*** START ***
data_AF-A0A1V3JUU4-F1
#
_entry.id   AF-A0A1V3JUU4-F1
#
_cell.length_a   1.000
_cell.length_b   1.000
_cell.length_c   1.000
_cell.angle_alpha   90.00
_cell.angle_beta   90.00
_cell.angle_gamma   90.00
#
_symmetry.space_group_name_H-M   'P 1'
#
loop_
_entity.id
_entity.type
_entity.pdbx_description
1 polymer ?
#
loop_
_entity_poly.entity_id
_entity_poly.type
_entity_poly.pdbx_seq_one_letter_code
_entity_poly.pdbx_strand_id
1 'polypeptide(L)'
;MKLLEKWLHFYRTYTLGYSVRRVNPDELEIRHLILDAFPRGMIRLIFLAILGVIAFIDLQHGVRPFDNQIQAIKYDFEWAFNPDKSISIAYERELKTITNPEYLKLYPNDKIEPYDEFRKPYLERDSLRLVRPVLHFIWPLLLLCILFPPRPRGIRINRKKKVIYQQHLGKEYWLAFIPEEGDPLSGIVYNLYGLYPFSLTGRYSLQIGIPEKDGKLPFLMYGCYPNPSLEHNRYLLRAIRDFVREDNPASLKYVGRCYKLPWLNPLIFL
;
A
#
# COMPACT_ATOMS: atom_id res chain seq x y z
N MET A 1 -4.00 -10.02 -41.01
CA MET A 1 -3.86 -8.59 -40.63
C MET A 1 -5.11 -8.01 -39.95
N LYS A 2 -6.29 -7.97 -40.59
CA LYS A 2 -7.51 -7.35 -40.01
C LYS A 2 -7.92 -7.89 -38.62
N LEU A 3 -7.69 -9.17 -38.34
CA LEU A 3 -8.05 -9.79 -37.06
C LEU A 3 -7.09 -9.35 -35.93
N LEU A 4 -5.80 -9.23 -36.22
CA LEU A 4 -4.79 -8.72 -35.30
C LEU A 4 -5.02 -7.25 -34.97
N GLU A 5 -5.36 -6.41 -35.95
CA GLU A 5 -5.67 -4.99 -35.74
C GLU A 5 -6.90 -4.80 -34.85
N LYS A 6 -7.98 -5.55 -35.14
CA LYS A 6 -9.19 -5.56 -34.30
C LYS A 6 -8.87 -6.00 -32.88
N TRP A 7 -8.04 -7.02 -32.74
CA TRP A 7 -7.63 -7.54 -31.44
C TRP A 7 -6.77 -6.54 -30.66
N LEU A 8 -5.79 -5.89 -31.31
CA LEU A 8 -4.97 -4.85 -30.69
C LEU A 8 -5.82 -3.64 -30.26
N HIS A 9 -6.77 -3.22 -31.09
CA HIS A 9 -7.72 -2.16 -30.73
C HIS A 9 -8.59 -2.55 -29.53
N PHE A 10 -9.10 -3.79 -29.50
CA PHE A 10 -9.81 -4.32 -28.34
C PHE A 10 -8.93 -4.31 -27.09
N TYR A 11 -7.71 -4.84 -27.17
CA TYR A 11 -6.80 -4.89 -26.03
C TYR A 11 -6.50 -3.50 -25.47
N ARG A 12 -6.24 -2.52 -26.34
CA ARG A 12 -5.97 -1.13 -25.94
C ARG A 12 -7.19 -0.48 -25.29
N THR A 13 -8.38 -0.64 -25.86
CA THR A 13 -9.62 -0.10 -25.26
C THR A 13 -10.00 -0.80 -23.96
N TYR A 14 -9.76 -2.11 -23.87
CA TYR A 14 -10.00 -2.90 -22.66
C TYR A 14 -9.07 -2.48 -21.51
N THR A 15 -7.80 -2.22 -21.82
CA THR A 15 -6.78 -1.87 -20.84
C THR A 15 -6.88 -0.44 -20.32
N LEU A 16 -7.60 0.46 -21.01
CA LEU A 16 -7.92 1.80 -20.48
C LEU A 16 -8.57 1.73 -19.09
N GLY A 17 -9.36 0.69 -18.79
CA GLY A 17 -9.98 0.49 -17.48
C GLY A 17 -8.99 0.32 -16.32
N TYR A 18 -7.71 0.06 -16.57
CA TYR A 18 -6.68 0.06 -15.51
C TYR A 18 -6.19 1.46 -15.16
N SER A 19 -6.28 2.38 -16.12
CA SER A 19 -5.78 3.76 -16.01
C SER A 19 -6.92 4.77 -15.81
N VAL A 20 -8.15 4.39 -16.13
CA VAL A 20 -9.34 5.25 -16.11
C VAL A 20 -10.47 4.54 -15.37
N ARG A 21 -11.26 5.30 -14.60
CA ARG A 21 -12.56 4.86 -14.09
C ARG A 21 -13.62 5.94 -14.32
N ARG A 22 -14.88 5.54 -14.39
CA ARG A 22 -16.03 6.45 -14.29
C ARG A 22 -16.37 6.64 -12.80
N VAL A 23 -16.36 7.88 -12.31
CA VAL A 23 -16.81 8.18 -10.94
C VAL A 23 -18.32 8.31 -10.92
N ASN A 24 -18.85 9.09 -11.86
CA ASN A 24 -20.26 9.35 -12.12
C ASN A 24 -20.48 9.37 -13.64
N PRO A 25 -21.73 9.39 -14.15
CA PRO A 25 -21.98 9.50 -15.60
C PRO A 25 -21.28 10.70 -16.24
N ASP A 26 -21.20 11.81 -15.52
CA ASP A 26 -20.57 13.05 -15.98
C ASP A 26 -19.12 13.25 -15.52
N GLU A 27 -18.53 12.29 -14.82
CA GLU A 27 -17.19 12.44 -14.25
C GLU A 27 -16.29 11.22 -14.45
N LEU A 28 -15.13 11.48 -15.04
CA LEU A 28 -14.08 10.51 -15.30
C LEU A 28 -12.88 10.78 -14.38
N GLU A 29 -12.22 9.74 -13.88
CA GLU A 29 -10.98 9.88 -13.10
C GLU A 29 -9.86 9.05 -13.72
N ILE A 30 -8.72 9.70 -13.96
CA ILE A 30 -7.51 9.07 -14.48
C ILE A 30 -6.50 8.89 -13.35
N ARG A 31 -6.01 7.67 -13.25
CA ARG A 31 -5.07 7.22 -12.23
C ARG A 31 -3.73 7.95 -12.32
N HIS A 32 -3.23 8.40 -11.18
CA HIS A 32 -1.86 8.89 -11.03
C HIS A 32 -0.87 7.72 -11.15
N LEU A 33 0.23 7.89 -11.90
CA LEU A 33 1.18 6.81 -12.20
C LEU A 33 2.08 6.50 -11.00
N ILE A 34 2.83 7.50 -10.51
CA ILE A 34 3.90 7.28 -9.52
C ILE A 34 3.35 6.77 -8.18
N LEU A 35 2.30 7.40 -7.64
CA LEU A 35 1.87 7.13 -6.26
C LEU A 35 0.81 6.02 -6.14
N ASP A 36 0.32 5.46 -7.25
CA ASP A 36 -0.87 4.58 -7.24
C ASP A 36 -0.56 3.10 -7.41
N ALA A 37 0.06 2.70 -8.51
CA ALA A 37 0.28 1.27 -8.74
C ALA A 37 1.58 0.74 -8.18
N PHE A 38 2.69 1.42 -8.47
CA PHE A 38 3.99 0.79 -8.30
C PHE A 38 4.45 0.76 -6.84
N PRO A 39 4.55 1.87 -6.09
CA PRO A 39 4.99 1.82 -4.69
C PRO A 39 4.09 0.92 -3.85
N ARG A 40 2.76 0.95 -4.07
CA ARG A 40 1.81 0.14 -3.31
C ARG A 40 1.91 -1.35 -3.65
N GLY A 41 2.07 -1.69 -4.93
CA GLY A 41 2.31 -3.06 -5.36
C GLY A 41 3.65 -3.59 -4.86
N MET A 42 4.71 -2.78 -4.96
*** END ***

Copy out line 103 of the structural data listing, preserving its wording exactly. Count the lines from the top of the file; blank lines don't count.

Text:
N PRO A 25 -21.73 9.39 -14.15